Six Nations Championship - Wales v Ireland | REBECCA NADEN

A REST weekend in the Six Nations championship provides a chance to take a deep breath and consider the extraordinary results we have seen so far. Nobody, probably even in in Wales, can understand how their unfancied team have already won the Triple Crown by beating Ireland, Scotland and England.

Their narrow victories over Ireland and Scotland were both achieved against 14 men and their triumph at Cardiff last weekend included two converted tries that the referee himself has admitted he got wrong. He also gave 14 penalties against England, a number of which were borderline or dubious - “pernickety” was the word I heard used by a seasoned rugby observer about the French referee, Pascal Gauzere.

Deducting the two dodgy tries brings the score down to 26-24. The four penalties that Wales converted into points were correctly given, but the disruption caused to England’s momentum by some other bad penalty decisions, including at least two of the five against Maro Itoje, took the heart out of them. This does not excuse their appalling second half performance. Three stupid penalties were given away by replacements – Ellis Genge, Charlie Ewels and Dan Robson.

The conclusion one has to reach from this is a failure of captaincy by Owen Farrell. Martin Johnson made a good point immediately after the match when he said: “Once it was clear that the ref had it in for England, the players should have been told by the skipper to stop taking risks. The word should have gone out: Back Off!” – and one can just imagine Jonno himself shouting it. One cannot imagine Farrell saying it, however, and certainly not with that kind of force. The fact that he is a back, not a forward, makes his position more difficult.

But it isn’t the first time Farrell has gone into his shell when England were being hammered. It happened two years ago, when England allowed the Scots to convert a first half deficit of 0-31 into a lead of 38-31 – until George Ford scrambled a draw with a late try and conversion. It also happened in the World Cup final against South Africa and again this season when England were outmuscled by the Scots at Twickenham.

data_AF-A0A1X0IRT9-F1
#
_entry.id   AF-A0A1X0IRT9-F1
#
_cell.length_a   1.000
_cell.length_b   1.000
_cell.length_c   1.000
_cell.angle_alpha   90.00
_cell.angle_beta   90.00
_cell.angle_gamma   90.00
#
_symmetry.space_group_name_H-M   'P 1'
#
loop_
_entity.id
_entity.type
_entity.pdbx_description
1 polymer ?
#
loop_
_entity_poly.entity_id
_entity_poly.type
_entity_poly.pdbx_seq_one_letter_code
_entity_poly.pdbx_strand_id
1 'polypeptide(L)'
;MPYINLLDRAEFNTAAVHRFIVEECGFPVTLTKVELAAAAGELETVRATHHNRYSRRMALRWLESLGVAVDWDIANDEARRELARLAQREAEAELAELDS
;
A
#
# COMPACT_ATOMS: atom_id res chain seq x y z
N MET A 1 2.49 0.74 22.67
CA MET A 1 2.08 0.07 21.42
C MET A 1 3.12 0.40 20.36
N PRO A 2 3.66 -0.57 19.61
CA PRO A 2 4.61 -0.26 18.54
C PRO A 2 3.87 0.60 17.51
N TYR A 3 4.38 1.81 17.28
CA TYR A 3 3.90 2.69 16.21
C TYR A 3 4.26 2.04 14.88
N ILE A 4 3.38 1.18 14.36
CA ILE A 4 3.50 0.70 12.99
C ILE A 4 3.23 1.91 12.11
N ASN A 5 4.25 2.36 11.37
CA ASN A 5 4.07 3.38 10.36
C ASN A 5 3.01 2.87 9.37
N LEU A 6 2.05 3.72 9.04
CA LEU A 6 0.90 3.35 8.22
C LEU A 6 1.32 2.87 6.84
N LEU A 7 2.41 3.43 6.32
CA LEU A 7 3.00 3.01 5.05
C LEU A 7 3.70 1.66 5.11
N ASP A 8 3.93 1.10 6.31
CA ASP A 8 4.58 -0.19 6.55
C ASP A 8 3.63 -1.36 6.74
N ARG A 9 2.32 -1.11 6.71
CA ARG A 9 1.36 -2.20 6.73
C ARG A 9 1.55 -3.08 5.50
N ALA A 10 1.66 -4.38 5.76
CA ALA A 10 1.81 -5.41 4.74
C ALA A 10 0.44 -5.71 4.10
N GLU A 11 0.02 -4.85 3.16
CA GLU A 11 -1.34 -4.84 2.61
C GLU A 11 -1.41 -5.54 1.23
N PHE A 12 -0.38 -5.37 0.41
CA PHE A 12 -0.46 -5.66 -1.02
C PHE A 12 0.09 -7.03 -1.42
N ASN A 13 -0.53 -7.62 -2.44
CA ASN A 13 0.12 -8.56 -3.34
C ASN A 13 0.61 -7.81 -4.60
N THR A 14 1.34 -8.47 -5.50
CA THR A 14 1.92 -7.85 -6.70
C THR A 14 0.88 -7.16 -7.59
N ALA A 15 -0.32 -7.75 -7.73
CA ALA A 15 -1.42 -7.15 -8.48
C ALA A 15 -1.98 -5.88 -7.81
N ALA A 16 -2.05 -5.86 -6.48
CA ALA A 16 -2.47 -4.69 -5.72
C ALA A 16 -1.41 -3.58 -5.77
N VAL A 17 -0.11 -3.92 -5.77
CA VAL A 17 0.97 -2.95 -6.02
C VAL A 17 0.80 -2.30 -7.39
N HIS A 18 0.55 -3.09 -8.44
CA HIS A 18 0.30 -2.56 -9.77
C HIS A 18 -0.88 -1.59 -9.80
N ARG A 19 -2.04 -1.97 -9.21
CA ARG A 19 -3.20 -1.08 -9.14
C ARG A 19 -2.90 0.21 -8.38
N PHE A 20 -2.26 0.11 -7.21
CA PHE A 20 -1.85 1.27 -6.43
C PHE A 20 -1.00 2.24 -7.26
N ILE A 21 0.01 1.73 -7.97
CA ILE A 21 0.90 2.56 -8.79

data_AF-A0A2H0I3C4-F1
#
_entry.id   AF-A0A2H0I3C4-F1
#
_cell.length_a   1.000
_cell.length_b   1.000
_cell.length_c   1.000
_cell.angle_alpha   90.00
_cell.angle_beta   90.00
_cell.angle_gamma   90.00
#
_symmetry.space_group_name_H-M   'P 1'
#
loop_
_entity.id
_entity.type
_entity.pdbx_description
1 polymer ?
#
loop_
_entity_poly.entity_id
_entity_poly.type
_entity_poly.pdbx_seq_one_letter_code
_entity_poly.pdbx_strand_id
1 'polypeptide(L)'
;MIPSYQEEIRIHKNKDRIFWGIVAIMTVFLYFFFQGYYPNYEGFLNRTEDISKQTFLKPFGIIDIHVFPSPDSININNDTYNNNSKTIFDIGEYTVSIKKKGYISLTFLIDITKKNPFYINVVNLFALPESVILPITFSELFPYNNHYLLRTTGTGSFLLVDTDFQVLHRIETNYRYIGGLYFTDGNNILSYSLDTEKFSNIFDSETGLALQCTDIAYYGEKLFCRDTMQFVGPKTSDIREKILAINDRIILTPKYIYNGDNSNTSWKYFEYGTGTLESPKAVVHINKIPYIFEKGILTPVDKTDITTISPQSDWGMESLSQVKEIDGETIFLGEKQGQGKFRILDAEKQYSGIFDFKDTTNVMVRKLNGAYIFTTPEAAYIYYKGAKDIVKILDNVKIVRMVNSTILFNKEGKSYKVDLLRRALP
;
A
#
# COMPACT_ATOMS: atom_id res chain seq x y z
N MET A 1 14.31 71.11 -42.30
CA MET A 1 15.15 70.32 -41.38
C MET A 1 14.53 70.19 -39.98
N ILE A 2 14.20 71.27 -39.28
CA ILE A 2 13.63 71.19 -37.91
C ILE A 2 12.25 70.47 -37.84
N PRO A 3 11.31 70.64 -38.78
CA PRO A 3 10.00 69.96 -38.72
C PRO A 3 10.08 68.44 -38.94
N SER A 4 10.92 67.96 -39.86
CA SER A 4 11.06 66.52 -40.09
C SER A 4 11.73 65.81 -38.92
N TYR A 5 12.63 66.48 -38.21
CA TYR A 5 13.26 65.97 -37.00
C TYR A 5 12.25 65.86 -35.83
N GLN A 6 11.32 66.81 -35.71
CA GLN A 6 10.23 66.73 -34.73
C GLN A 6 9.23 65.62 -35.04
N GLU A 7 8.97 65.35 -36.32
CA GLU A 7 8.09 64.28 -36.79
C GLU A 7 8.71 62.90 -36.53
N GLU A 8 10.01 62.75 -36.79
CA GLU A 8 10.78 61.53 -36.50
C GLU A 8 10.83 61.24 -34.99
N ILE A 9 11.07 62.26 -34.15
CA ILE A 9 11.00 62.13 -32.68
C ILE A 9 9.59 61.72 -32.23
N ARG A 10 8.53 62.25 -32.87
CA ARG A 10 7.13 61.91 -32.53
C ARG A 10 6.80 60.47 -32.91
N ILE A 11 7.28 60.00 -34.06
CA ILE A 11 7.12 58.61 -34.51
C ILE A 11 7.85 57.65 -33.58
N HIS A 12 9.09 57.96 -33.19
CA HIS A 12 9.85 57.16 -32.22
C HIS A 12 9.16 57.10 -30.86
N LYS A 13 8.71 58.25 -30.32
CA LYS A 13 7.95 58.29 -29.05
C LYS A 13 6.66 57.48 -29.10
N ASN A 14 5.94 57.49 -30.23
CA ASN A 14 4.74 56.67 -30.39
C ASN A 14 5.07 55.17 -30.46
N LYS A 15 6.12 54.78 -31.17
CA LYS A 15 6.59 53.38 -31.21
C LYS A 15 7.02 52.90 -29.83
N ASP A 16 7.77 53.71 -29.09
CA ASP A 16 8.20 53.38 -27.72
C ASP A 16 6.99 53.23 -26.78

He stands by looking dazed and helpless against the onslaught, providing no leadership. Again he is handicapped in his response by not being a member of the pack and not, therefore, in the front line. He also lacks a captain’s precious gift of getting on with referees. They clearly don’t like his confrontational style.

It is probably no coincidence that apart from the first two World Rugby Cups, when New Zealand and then Australia were led by scrum-halves, David Kirk and Nick Farr-Jones, every other winning team has had a forward as captain.

Which is one reason why I don’t think Farrell will get the nod from Warren Gatland if the British and Irish Lions tour goes ahead this year. The case for Alan Wyn-Jones has been greatly strengthened by Wales’s Six Nations victories, even though many judges would choose Itoje and Ireland’s James Ryan ahead of him in the second row.

Oddly enough, the England players most criticised by commentators and fans in recent weeks – Farrell, Elliot Daly, Ben Youngs and Billy Vunipola – all had their best games of the season in England’s defeat, perhaps in response to suggestions that they should be dropped. Eddie Jones will not be doing that now.